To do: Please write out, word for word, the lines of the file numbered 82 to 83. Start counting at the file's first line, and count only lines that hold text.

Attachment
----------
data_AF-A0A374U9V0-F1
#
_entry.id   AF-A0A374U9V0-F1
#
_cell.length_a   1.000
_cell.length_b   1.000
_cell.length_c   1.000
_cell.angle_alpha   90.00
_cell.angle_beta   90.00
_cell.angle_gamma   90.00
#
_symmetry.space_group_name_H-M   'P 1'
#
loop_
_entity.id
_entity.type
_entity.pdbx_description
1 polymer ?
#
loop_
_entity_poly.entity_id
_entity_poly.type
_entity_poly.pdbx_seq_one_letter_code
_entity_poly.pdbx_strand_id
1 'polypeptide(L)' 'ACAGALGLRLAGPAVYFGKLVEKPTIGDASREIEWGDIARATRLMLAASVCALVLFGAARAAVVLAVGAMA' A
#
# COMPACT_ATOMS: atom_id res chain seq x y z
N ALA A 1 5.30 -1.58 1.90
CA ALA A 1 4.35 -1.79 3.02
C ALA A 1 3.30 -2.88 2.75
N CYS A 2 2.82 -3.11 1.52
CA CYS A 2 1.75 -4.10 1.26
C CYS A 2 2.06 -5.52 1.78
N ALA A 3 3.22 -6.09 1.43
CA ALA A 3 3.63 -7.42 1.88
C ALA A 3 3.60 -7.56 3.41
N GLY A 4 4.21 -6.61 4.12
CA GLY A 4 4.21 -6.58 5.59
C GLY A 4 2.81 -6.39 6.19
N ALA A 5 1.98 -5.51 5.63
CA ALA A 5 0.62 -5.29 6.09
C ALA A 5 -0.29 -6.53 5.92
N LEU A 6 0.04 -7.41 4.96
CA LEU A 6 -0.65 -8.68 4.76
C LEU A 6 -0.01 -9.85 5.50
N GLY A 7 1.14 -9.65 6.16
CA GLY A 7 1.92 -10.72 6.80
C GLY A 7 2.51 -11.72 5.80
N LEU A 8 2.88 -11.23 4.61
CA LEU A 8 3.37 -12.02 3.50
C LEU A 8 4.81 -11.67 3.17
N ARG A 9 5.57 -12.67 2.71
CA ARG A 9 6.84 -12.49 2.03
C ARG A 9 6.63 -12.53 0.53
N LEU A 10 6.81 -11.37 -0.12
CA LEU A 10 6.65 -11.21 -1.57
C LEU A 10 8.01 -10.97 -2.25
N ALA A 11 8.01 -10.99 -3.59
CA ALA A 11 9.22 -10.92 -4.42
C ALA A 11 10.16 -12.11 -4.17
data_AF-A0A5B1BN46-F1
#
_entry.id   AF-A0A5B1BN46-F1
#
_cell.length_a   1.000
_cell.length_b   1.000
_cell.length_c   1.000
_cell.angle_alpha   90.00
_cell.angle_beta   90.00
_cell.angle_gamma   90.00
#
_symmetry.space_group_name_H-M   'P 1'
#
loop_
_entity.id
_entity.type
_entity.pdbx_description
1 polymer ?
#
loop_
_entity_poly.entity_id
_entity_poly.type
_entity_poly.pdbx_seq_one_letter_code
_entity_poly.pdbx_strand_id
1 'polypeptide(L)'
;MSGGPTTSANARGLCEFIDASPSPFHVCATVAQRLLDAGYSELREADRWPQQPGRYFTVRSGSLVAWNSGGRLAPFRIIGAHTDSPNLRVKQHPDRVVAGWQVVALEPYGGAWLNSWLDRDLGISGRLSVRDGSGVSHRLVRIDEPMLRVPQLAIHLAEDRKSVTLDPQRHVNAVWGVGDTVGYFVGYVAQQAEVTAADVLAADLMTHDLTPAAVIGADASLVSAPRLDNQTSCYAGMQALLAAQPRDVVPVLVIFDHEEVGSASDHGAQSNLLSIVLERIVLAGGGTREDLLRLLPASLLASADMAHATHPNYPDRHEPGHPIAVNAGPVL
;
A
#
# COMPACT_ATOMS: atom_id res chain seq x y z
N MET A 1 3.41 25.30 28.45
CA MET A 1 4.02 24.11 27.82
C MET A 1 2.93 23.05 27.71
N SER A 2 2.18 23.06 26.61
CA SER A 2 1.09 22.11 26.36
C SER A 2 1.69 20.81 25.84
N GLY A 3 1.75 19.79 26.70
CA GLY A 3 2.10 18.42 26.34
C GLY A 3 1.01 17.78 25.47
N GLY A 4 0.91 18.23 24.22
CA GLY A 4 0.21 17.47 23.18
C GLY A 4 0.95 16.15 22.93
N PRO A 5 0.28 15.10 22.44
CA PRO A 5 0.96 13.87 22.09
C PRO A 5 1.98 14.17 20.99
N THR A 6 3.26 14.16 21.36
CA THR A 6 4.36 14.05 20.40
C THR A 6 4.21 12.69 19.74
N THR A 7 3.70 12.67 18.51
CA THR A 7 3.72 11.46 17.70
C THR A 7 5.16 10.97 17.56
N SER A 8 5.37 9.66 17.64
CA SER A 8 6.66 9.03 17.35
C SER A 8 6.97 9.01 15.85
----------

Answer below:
_entity_poly.type
_entity_poly.pdbx_seq_one_letter_code